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Revenge of the One-Hit Wonders: "Angle of the Morning" by Merilee Rush

The True Stories Behind Rock’s “1-and-Done” Classics

“Angel of the Morning” (1968)

As is often the case with 1-Hit Wonders, the composer and producers of “Angel of the Morning” actually had long, successful careers, even if the Turnabouts did not.

The song was written by Chip Taylor, the same many who gave us “Wild Thing,” “I Can’t Let Go” and others. He has said the line “There be no strings to bind your hands, not if my love can’t bind your heart” came to him out of the blue one morning. Within ten minutes, he had written the entire song.

He hoped the song would be the breakout single for a young lady named Evie Sands. But Evie would have a career filled with near misses. The small label that produced her version of “Angel of the Morning” went belly-up shortly after they released it. With no push from the label, the song died a swift death.

At this point, Paul Revere of “and the Raiders” fame enters the story. Revere had been pushing a Seattle band he believed in, Merilee Rush and the Turnabouts.  Revere secured them a recording deal with hitmakers Tommy Cogbill and Chips Moman. They gave “Angel of the Morning” to Merilee and her band and that version quickly became a million-selling hit.

Sadly, Merilee never cracked the Top 40 again although she continued to perform for many years.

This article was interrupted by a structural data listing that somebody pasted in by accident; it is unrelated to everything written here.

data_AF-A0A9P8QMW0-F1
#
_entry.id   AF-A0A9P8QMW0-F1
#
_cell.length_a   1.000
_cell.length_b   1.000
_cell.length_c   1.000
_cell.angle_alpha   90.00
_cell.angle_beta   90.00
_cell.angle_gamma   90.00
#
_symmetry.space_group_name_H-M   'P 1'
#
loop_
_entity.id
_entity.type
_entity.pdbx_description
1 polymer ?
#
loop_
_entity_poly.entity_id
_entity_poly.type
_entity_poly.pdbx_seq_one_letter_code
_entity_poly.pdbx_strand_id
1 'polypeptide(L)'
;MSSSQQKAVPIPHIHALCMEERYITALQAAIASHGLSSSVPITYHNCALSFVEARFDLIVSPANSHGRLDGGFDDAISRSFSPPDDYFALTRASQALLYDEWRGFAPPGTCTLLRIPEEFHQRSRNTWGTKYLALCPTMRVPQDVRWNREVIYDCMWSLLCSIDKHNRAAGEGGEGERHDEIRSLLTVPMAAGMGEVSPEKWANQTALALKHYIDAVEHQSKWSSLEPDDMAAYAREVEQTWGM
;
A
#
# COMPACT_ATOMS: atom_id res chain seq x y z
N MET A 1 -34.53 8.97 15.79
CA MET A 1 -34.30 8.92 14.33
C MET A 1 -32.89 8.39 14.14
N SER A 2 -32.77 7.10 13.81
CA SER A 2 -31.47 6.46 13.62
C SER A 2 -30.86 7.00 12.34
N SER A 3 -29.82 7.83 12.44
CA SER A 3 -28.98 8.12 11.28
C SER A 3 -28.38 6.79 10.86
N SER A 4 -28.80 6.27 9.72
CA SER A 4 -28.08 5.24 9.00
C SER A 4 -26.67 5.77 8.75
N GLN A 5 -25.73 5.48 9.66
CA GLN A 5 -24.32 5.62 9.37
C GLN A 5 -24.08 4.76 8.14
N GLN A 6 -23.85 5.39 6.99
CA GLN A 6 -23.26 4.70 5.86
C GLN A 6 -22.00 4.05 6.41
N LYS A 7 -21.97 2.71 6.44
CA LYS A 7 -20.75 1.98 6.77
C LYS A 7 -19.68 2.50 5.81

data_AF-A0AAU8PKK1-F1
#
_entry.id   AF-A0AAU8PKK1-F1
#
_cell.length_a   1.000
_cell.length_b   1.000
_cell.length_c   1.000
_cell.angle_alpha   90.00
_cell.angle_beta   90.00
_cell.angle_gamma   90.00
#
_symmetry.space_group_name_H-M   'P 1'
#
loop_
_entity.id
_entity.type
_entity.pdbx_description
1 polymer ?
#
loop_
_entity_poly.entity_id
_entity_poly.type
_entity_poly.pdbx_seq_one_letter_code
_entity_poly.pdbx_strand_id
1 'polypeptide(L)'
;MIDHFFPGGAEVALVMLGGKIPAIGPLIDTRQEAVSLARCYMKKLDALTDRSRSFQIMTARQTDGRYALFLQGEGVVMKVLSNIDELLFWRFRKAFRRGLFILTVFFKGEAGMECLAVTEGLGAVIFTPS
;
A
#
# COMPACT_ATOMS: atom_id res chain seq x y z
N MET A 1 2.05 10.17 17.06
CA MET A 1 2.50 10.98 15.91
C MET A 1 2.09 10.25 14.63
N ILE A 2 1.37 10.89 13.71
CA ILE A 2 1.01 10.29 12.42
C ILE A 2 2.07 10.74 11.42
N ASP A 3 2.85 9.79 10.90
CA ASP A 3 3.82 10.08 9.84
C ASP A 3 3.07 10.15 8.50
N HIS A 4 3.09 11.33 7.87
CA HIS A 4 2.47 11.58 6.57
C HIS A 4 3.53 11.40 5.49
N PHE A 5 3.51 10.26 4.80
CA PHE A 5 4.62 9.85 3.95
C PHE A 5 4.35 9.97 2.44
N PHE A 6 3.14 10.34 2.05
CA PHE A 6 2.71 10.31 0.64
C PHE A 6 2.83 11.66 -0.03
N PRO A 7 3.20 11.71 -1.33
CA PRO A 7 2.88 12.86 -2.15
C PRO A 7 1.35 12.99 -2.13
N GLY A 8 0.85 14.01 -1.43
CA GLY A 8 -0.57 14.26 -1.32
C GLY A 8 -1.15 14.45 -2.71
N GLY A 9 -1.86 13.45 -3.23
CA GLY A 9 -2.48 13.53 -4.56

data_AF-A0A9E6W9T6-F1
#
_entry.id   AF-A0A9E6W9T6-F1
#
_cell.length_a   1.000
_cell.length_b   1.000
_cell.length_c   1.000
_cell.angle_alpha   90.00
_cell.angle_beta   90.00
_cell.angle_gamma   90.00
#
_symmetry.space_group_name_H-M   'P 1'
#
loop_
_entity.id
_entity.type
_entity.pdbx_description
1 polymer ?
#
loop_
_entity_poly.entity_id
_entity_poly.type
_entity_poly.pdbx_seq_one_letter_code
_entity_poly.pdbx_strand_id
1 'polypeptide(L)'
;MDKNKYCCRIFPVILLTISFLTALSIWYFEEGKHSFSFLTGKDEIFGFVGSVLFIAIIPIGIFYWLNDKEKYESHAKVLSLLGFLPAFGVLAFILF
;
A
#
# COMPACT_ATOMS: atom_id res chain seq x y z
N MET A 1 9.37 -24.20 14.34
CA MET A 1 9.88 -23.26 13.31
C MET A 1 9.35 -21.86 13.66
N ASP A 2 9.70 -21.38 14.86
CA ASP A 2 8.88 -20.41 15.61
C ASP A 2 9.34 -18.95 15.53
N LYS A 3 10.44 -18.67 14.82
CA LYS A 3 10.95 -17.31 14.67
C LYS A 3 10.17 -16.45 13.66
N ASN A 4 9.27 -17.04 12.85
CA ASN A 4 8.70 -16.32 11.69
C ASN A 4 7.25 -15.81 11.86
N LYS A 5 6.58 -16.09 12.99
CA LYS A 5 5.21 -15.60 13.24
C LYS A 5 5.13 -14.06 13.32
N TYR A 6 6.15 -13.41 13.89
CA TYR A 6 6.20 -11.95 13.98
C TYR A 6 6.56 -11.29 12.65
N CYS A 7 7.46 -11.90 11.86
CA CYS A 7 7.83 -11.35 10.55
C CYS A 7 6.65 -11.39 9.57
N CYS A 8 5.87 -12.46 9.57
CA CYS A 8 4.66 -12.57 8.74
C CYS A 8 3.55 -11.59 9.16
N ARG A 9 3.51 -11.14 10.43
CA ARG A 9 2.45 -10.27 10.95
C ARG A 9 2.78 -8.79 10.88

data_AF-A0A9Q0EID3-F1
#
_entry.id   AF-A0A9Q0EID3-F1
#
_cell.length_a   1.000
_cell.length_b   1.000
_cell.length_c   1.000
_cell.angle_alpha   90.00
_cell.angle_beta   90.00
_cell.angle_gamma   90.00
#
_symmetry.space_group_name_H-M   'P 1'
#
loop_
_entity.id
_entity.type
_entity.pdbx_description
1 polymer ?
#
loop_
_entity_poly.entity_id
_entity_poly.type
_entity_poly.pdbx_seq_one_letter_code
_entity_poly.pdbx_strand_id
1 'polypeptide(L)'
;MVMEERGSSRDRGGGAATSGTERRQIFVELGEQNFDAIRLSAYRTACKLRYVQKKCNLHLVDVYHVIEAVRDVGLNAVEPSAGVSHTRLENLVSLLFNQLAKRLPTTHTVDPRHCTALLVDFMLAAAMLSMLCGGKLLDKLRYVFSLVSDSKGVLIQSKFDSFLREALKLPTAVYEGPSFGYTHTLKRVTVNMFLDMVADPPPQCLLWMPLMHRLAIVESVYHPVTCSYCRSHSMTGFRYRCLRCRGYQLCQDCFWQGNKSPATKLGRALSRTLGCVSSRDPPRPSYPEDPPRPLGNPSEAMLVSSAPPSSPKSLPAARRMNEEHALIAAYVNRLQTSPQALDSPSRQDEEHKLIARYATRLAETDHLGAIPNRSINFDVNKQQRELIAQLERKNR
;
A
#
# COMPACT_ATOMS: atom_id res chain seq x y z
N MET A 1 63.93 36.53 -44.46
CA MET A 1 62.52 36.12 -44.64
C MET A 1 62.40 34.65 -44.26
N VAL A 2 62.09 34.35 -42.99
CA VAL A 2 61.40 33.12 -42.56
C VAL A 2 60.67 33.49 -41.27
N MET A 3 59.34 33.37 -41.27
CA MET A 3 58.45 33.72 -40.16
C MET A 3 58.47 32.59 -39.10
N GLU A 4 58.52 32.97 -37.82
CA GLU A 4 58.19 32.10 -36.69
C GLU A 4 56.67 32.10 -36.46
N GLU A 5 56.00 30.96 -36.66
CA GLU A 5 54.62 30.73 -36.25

One other interesting note, the Turnabouts guitarist Carl Wilson (no, not the Carl Wilson of the Beach Boys) eventually hooked up with two sisters named Anne & Nancy Wilson and helped them form a band called Heart.

5 Fun Facts about the Rolling Stones

Early Rolling StonesWe all love the Stones. Here are a few things you might know about them:

  1. Mick Jagger was quite the athlete. He set his grade school’s record for the half-mile.
  2. Early in their career they actually recorded the soundtrack for a Rice Krispies commercial in the UK (You can watch it here,here,)
  3. The Stones’ founder, Brian Jones was once part of a blues duo called Lewis and Ponds. Jones was calling himself Elmo Lewis. He asked his partner, Paul Pond, to become the front man of the new rock band he was forming, but Pond turned him down. That’s when Mick Jagger got the job.
  4. It was Stones’ bassist, Bill Wyman, who coined the term “groupie” back in 1965.
  5. Brian Jones played the oboe on the Beatles’ song “Baby, You’re a Rich Man,” while Mick Jagger sang some of the backup vocals. In return, John and Paul sang back-up on the Stones’ song, “We Love You.”

The Story Behind the Song: Respect (1967)

While everybody regards “Respect” as Aretha Franklin’s signature song, it didn’t start out that way.

The song was written and first recorded by Otis Redding in 1965. A solid tune, it hit the top 10 on the R&B charts and the Top 40 on the pop charts, but it was a typical anthem of male posturing – I’ll buy you anything you want if your respect me when I come home.

Just two years after Otis’ version, Aretha was looking to follow-up her first hit single. After over 10 years of trying, she had finally scored a top 10 success with “I Never Loved a Man (The Way I Love You)” in early 1967. She heard “Respect” and thought, with a little work, it might be perfect for her.